Especially in context to this new body of work and in response to commemorate the endangered Forests and their possible disappearance from the planet I also composed and created “Vanitas, Wild Apple and Pear Branches“, 2011. Vanitas paintings have their origins in a 17thc Dutch painting tradition designed to carry the moral message that all good and beautiful things can come to an end.
Responding to the branching and fruit shapes I composed directly onto each painting without pre-drawing and allowed the forms to grow naturally through intuition and patience. The complexity increased as I proceeded. Inspired by the tree and fruit forms I composed each painting seeking to depict a metaphorical splendor celebrating the growing thing. Slowly developing, with a visual diligence, my goal was to also maintain a formal rhythm in each painting’s outcome.
I sought to embolden the landscapes with a super spatial clarity and an air of timelessness. Utilizing the negative space of the gesso ground I was able to transform the white into positive forms surrounding the detailed renderings. By composing each landscape with an immediate close-up foreground of tree branches the distant landscapes behind them force an unusual and dramatic perspective while highlighting the growth and richness of the branches and fruit- as if the viewer were seeing the landscape of the Wild Forest by standing and looking through the trees hanging branches. Because egg tempera is translucent I had to compose in an unusual manner by composing and painting the foreground of each painting first and then composing and painting the landscape’s background after. This was a new technical challenge for me.
Consistent to my practice of referencing traditions in landscape art I borrowed forms from Albrecht Dürer’s (1471-1528, German) woodcuts for the backgrounds in both “Wild Green Apple Branch“, 2011 and “Wild Pear Branch“, 2011. Joachim Patinir (1480-1524, Flemish) was my muse while composing the landscape in “Change of Season“, 2011.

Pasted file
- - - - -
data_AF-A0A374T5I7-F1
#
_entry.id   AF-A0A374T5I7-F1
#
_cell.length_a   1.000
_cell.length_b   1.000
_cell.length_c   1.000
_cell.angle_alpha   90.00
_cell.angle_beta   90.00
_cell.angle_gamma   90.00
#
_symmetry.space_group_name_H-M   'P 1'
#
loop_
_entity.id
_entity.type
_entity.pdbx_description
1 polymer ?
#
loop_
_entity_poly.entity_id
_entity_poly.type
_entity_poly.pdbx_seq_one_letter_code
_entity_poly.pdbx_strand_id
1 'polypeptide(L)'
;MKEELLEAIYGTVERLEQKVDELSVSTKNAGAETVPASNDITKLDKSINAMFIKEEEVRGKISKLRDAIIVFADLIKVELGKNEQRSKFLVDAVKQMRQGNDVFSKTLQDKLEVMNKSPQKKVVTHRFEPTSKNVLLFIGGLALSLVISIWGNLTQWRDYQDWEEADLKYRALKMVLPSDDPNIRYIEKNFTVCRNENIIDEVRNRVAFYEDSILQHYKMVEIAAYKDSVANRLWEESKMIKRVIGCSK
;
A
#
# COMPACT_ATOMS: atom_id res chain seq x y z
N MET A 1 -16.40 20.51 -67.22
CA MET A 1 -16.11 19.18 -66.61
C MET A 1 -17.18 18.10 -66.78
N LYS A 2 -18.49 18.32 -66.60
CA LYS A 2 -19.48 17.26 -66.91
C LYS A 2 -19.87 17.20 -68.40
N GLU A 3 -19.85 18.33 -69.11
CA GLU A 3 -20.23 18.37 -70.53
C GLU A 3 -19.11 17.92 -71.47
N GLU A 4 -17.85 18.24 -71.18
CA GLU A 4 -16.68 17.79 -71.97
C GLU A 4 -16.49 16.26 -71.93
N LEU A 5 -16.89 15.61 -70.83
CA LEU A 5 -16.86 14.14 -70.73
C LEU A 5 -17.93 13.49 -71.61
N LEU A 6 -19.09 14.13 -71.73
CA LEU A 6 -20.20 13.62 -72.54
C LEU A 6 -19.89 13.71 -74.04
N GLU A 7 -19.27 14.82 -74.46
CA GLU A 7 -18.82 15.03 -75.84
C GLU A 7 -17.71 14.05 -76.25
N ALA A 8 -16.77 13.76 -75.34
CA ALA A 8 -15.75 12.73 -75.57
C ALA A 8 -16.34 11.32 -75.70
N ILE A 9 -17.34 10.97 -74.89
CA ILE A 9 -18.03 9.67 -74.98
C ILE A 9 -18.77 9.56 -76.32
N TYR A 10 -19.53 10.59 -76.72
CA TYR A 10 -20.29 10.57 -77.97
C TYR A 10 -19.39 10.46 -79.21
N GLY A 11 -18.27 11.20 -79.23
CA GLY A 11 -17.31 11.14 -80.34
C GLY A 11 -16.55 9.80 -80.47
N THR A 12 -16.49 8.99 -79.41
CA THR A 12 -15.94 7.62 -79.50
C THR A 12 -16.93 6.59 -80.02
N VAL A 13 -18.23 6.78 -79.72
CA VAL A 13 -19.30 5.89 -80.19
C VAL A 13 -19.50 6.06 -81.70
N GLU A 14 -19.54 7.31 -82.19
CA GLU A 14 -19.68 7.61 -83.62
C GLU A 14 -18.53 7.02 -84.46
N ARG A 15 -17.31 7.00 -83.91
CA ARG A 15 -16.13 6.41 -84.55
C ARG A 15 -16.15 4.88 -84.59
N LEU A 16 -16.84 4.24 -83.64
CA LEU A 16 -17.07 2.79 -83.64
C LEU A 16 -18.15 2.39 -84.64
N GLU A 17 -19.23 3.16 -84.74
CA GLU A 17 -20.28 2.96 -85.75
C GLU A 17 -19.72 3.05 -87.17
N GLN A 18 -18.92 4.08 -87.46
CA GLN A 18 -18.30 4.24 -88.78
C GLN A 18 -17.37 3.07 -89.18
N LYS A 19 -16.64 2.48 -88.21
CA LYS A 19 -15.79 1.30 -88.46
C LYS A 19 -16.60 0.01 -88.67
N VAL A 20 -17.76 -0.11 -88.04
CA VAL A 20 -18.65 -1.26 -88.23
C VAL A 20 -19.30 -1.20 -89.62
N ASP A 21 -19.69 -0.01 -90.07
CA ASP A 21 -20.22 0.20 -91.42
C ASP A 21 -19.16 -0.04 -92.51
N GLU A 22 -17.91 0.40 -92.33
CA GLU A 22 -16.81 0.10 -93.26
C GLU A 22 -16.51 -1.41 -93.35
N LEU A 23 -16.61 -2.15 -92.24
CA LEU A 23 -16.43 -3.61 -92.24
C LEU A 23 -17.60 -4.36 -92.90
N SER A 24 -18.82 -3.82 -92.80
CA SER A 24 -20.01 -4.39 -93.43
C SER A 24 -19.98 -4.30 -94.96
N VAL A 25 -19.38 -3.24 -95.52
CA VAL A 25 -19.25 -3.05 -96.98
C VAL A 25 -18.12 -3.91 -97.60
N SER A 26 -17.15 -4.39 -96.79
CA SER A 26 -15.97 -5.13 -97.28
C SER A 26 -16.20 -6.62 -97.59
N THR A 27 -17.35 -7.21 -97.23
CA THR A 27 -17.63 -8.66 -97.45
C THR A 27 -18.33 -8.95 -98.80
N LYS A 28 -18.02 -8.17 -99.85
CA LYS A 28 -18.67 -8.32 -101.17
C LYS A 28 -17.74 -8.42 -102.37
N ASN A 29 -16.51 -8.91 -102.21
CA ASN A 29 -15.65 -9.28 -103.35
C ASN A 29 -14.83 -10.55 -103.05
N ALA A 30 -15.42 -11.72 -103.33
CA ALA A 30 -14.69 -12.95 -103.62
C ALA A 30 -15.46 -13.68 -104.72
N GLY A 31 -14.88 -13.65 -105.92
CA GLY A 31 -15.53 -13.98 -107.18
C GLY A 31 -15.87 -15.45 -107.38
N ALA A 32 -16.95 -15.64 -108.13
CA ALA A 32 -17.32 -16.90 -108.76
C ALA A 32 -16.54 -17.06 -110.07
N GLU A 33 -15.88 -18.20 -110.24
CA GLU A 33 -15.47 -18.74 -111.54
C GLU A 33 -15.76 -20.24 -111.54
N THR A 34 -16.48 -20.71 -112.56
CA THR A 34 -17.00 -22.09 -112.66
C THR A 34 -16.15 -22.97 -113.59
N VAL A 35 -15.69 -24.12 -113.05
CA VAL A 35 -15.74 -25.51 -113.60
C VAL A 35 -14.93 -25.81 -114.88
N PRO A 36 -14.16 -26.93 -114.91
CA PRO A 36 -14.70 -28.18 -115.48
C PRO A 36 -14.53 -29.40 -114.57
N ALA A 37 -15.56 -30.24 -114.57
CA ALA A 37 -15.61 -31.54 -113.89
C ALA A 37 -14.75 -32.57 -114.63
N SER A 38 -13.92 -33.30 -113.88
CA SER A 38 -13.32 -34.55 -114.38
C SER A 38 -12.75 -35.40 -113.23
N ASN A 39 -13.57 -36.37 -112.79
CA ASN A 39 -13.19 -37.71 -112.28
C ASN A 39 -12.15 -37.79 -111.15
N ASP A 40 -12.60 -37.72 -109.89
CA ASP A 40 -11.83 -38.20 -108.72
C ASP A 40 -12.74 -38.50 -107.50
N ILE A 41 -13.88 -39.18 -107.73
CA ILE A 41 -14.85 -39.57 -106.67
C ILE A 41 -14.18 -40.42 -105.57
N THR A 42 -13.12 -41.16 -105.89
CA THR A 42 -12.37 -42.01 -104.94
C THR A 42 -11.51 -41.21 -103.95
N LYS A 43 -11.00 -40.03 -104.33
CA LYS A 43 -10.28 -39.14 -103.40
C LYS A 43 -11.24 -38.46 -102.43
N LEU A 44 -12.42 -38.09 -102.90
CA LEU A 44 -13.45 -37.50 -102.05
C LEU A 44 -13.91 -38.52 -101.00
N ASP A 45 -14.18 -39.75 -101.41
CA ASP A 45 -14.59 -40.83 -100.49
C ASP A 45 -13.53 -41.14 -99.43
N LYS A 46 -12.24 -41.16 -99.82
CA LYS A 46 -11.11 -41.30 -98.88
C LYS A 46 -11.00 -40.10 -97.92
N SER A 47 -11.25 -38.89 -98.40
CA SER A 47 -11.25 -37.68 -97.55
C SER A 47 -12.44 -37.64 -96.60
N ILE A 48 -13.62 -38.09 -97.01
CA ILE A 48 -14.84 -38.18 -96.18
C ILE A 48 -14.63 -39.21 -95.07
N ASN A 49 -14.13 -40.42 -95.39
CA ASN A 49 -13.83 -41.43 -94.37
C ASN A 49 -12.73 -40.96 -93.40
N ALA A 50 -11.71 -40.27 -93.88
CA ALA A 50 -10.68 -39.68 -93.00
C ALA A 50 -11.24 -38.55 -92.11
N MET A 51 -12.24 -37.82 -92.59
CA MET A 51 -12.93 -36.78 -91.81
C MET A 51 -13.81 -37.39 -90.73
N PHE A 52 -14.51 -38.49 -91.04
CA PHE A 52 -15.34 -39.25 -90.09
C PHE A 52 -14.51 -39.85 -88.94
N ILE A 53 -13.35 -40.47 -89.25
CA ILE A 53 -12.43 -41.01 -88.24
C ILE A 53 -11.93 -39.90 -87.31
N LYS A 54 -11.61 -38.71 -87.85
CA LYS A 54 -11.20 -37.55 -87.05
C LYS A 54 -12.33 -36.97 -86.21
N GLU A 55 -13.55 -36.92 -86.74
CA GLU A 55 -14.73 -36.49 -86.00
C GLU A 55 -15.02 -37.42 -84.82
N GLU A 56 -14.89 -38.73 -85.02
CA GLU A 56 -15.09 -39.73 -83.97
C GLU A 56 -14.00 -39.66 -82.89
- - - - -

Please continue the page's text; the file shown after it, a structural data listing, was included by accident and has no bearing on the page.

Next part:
For over a decade I have consistently created landscape paintings in egg tempera that re-compose landscape forms taken from religious and non-religious art; which exist in both Eastern and Western cultures spanning all art historical periods. Borrowed from works I have personally seen and experienced in museums, I also cull forms taken from books, catalogs and web research. Also incorporated into each painting are nature and landscape forms I have traveled to see and documented with a digital camera. Working intuitively through my process I transform all of these sources into newly formed landscapes, which resonate for me with meanings and symbolic feelings. Each painting also begins with a goal aimed at facilitating a similar reaction for those viewing my work. My landscapes are intended to invite viewers to embark on visual tours of an unknown yet familiar looking world becoming a part of their cultural and emotional consciousness.
A note about my painting technique
The materials and manner in which I construct my paintings create a familiarity for the viewer. Viewers often comment they perceive the influences of Christian religious paintings, Asian landscape art and Persian miniatures. Like the images I choose, these too have been reprocessed through my personal interpretations. Traditional colors and spatial concepts are sometimes disregarded to heighten the visual experience of the viewer pulling and leading the viewer’s eye.
The ancient painting technique of egg tempera utilizes the simple combined mediums of egg yolk, dry ground pigments and water applied to a gesso prepared wood panel or canvas. Egg tempera pre-dates oil paints and is considered by conservators to be one of the most stable and archival painting mediums.